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The Age of the Democratic RevolutionA Political History of Europe and America, 1760-1800$
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R. R. Palmer

Print publication date: 2014

Print ISBN-13: 9780691161280

Published to Princeton Scholarship Online: October 2017

DOI: 10.23943/princeton/9780691161280.001.0001

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Democrats and Aristocrats—Dutch, Belgian, and Swiss

Democrats and Aristocrats—Dutch, Belgian, and Swiss

Chapter:
(p.242) Chapter XI Democrats and Aristocrats—Dutch, Belgian, and Swiss
Source:
The Age of the Democratic Revolution
Author(s):

R. R. Palmer

Publisher:
Princeton University Press
DOI:10.23943/princeton/9780691161280.003.0011

This chapter details events in the Netherlands and Belgium. In both countries, constituted bodies—in this case town councils and estate-assemblies—determining their own membership within a closed system, claimed to represent the country and to rule in their own right. Both asserted their powers and liberties against a “prince”—the Prince of Orange in the case of the Dutch, the Austrian Emperor in that of the Belgians—and both, after 1780, found a new popular party fighting at their side. The new party, which was neither exactly popular nor yet a party in a more modern sense, at first felt no difference of purpose from its allies. As the controversies developed, however, the new party began to brand its allies, or erstwhile allies, as “aristocrats,” and to favor an actual reconstitution of the old constituted bodies, so that these bodies would become representative in a new kind of way, either by actual choice at the hands of voters outside their own ranks, or through a broadening of membership to reflect wider segments of the population.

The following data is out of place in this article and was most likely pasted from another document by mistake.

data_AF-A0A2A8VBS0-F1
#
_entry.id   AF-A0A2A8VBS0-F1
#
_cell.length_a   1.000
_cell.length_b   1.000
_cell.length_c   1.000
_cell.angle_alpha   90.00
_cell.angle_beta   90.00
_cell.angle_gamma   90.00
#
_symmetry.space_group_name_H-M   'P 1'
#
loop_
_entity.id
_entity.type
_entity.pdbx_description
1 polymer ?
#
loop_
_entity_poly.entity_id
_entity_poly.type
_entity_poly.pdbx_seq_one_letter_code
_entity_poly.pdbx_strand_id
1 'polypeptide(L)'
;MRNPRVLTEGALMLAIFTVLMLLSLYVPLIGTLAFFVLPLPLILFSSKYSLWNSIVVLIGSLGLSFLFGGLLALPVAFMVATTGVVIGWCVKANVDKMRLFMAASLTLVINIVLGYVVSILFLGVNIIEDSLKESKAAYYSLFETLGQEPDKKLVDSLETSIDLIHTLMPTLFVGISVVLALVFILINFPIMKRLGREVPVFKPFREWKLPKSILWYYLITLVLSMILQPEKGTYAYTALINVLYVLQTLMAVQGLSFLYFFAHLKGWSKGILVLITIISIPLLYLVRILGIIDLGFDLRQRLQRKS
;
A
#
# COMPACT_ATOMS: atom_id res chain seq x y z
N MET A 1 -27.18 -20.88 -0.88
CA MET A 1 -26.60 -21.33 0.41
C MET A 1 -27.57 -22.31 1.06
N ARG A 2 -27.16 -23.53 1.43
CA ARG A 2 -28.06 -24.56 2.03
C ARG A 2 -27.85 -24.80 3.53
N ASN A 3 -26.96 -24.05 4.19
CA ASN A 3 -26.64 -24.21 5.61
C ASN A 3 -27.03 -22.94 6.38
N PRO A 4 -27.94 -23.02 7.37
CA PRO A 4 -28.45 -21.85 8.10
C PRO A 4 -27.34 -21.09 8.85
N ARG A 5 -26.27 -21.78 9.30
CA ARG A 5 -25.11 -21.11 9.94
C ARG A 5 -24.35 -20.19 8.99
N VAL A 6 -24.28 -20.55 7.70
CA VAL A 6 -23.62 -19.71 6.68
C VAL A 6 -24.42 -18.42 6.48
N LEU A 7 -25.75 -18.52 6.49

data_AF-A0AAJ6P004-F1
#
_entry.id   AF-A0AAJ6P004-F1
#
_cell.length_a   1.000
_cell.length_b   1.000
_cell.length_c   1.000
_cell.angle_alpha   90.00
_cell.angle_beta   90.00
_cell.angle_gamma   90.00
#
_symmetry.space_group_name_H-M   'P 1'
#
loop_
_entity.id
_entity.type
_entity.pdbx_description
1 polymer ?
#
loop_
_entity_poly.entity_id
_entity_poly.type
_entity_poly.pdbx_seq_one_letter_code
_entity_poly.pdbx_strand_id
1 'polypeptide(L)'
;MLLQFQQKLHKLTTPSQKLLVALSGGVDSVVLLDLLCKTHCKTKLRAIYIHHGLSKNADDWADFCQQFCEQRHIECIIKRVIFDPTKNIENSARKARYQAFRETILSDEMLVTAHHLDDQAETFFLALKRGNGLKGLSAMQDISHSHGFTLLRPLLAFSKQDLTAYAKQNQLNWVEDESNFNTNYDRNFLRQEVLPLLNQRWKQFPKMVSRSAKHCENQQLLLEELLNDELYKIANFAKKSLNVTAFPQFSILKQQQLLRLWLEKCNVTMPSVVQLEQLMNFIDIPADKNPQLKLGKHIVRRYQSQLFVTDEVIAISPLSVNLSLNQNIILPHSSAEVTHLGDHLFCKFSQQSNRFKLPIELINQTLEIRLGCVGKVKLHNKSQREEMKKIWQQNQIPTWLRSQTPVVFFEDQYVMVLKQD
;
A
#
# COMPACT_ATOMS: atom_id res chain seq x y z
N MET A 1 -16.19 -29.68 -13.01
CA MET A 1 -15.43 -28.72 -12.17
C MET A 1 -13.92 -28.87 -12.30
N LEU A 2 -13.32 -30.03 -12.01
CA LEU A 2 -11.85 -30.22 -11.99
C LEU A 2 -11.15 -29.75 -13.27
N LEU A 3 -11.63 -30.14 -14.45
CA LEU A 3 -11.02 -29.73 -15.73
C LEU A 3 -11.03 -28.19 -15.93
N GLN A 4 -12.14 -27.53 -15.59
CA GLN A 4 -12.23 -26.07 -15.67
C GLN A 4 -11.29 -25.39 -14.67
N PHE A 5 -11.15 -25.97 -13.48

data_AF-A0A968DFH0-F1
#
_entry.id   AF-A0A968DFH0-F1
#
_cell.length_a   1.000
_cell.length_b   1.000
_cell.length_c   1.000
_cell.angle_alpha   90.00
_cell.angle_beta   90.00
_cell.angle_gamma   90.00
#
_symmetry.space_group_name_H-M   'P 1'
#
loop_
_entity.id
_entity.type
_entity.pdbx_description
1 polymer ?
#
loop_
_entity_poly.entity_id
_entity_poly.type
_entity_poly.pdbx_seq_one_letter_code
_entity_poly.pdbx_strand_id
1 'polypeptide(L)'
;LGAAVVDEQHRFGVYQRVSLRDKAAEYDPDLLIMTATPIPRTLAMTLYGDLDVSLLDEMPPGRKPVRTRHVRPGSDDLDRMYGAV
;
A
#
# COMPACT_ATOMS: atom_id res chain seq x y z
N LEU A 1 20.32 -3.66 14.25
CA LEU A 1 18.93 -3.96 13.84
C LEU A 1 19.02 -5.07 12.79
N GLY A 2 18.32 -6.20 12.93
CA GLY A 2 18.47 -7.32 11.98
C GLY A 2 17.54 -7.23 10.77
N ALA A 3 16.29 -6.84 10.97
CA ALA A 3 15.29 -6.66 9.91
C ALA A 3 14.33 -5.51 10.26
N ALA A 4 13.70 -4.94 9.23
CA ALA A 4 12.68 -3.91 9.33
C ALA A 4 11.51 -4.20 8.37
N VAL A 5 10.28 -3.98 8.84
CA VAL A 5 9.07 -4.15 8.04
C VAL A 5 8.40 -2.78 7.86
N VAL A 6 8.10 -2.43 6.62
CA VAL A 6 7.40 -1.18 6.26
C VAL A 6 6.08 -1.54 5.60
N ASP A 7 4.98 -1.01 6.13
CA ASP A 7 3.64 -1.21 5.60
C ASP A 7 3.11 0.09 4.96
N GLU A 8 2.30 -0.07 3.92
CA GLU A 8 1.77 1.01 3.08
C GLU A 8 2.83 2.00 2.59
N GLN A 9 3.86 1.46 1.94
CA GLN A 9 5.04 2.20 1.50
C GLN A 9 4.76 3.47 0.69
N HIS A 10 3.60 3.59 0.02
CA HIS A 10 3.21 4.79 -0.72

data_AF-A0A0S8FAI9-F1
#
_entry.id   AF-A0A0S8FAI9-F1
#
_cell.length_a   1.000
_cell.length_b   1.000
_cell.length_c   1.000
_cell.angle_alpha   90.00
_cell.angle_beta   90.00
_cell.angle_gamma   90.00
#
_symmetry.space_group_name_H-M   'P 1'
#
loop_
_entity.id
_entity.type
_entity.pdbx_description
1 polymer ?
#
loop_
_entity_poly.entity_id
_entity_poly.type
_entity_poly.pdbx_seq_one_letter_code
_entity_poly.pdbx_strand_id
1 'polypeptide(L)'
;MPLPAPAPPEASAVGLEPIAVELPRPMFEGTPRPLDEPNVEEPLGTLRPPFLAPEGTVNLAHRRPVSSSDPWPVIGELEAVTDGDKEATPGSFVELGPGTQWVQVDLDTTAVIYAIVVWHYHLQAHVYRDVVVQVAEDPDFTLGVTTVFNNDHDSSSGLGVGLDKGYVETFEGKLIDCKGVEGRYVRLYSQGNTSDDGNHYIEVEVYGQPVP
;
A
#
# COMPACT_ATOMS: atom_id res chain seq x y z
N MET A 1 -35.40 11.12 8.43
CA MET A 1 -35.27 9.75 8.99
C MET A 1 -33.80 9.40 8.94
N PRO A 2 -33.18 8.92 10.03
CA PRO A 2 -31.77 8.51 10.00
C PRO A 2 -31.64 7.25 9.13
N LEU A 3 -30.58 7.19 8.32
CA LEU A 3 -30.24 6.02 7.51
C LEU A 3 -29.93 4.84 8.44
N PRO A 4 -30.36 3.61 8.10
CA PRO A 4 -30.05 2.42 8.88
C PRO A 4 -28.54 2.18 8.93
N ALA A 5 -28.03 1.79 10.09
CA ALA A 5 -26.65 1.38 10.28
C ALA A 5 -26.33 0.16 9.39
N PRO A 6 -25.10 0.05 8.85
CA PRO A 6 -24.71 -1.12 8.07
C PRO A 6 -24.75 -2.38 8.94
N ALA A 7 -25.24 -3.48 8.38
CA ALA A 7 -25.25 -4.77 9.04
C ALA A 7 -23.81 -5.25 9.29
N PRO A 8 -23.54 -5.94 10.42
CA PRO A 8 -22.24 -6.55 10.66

Keywords:   Netherlands, Belgium, Switzerland, democratic movements, revolution, constituted bodies

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